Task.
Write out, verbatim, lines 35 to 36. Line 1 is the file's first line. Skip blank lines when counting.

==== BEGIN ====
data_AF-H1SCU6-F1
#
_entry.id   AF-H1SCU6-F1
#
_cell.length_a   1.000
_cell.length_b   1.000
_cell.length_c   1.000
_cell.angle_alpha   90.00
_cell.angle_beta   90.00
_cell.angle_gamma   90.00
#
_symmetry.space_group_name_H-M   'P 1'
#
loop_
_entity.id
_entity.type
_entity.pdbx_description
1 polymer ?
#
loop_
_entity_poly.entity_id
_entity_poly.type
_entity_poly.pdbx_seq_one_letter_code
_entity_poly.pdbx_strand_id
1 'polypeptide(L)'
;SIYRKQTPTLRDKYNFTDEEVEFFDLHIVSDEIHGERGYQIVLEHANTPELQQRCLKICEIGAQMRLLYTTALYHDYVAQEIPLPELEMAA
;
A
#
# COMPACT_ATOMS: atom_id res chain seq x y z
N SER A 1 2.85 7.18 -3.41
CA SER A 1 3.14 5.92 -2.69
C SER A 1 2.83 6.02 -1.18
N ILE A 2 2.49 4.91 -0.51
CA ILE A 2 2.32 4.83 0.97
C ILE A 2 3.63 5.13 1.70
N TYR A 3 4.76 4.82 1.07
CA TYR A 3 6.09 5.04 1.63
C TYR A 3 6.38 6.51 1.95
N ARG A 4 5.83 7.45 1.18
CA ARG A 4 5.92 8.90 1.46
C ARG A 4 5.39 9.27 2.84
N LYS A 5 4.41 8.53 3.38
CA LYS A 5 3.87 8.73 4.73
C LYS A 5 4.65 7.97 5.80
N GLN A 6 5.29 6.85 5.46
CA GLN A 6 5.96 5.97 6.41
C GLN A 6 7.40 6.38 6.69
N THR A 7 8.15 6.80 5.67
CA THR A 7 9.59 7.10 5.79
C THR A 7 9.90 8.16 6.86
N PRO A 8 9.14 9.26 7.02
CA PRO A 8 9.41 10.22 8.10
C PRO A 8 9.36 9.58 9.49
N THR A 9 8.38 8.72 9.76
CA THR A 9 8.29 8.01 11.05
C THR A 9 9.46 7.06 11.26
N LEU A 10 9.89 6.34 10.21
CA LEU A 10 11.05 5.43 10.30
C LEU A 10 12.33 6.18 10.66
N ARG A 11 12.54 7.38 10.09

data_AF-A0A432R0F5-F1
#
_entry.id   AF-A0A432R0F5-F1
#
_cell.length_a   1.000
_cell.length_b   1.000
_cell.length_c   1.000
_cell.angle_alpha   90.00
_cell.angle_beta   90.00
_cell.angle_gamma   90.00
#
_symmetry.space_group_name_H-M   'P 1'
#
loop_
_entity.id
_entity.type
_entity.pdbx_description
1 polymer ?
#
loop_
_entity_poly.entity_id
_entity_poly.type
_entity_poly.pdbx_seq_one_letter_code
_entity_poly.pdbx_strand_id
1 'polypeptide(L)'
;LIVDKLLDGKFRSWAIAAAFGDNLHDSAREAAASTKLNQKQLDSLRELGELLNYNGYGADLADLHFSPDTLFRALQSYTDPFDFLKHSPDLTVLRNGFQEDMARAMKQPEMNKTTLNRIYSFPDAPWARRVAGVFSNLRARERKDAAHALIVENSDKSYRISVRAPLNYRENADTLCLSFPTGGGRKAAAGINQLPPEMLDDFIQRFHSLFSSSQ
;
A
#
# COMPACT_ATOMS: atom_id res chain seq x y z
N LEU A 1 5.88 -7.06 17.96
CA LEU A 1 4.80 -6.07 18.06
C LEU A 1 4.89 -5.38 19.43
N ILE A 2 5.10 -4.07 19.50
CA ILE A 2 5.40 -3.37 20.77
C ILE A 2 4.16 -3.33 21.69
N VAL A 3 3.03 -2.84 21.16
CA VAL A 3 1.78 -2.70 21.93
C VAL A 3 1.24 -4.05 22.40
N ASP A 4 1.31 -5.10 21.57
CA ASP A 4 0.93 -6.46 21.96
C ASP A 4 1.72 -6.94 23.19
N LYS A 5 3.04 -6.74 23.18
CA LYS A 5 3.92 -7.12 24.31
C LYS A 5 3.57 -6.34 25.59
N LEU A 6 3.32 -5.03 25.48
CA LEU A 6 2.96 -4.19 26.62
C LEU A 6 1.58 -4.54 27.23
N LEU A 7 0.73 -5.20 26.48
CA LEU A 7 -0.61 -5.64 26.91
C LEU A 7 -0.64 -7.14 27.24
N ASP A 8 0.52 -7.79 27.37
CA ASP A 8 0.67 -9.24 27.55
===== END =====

CA ILE A 2 2.32 4.83 0.97
C ILE A 2 3.63 5.13 1.70